Located in Fort Valley, the seat of Peach County, Fort Valley State University is one of Georgia’s three public historically Black colleges and universities. The school has served the African American population of the state for more than one hundred years and today is Georgia’s only 1890 land-grant school.
The college began as the Fort Valley High and Industrial School in 1895. John W. Davison, who attended Atlanta University (later Clark Atlanta University), became principal and guided the school through its first years. He secured from philanthropist Anna Jeanes a considerable donation for the school, one of the first contributions she would make to African American educational causes during her life. The school continued to struggle financially, however, and in 1904 the trustees hired Henry A. Hunt to place the school on a firm financial foundation.
Hunt envisioned a school modeled after the Tuskegee Institute in Alabama and introduced training in the trades to the curriculum. Hunt’s ideas proved successful, and enrollment increased dramatically during his tenure (1904-38). In 1919 the school became affiliated with the American Church Institute for Negroes of the Protestant Episcopal Church, ensuring its financial well-being. Fort Valley continued to expand its curriculum in the 1920s. A post–high school year was added, followed in 1927 by a teacher training program. The college soon began offering courses in the liberal arts to prepare students who wished to go on to further academic study.
The college underwent a radical change in 1939, when it merged with another local institute, the State Teachers and Agricultural College of Forsyth, to become Fort Valley State College. The school also ended its affiliation with the Episcopal Church and became a member of the University System of Georgia as a four-year degree-granting institution. The Board of Regents approved the decision in part on the recommendation of Walter Cocking, a noted college administrator who had recently been hired at the University of Georgia.
Cocking also recommended to the Board of Regents that they appoint Horace Mann Bond as Fort Valley State’s first president. Born in 1904 to a college-educated African American minister, Bond showed intellectual potential at an early age. He graduated from Pennsylvania’s Lincoln University in 1923 at age eighteen and did graduate work at the University of Chicago. Bond’s career as both a historian of education and a college administrator was well underway when he accepted the presidency of Fort Valley State College in 1939. He was also the father of noted civil rights activist and Georgia politician Julian Bond.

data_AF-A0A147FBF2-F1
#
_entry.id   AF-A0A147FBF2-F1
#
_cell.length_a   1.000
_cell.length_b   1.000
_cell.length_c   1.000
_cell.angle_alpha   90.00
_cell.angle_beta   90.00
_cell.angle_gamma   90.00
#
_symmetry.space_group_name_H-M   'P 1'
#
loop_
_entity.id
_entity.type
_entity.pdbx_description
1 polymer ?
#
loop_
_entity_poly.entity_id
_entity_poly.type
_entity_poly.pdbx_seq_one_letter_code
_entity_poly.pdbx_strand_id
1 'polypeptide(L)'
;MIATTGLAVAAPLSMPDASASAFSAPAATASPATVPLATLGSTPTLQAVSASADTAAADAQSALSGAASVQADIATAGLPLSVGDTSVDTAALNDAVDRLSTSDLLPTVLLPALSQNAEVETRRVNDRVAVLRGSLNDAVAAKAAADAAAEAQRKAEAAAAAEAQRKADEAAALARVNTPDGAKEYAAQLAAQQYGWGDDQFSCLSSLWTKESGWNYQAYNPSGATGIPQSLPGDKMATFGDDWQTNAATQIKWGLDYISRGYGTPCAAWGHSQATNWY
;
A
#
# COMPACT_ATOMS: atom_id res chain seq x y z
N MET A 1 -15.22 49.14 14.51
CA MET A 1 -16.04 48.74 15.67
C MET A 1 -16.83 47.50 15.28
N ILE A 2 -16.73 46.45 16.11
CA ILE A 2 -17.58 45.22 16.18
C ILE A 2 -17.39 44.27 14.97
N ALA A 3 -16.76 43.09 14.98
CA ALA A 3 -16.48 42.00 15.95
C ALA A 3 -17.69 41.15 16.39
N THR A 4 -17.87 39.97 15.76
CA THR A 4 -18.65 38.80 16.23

Under Horace Mann Bond’s leadership, Fort Valley continued Hunt’s work by focusing on teacher training for rural Blacks. The school also grew substantially during Bond’s tenure (1939-45). The college’s income doubled during these years, and the state appropriation more than tripled, a remarkable feat given that Black colleges were not usually a funding priority for state educational leaders. In 1946, under President Cornelius V. Troup, Fort Valley began offering master’s degrees in education, home economics, and agriculture. In 1947 the Board of Regents, responding to a study that called for a reorganization of the missions of the system’s three historically Black colleges, designated Fort Valley the state’s 1890 Land-Grant College for Negroes, transferring the title from Georgia State College (later Savannah State University). Schools with that designation offered an abridged liberal arts curriculum and placed greater emphasis on teaching agricultural techniques and home economics skills to African American students.
In 1972 twenty-nine white parents from the Fort Valley area filed a lawsuit claiming that the college discriminated against whites in admissions and hiring practices. Although the lawsuit originated as a tactic to help ensure that white politicians maintained power in the region, Judge Wilbur Owens, who presided over the case, sympathized with the plaintiffs. In March 1973 Owens ordered the Board of Regents to submit a plan that would begin the desegregation of Fort Valley State College. White students did enroll in the college as a result of the lawsuit, but they never made up a significant percentage of the student body.
Also during the 1970s, Fort Valley worked with the University of Georgia (UGA) to create a new unit of UGA’s Cooperative Extension Service. The mission of the extension program is to offer agricultural and home economics education to the state’s rural population.
In 1996 the college received its final name change to Fort Valley State University. The school continues to educate residents of central Georgia. In fall 2005, 2,174 students enrolled at Fort Valley, and 1,992 of these were undergraduates. Ninety-four percent of the students are African American, with a six to four ratio of female to male students. Ninety-seven faculty members were employed full-time in 2005.
Fort Valley continues to focus on teacher education and to fulfill its mission as a land-grant institution. The school offers undergraduate and graduate degrees in education and supports the thriving College of Agriculture, Home Economics, and Allied Programs, which includes the Department of Veterinary Science, established in 1976. Famous alumni include state representative Calvin Smyre and professional football player Greg Lloyd.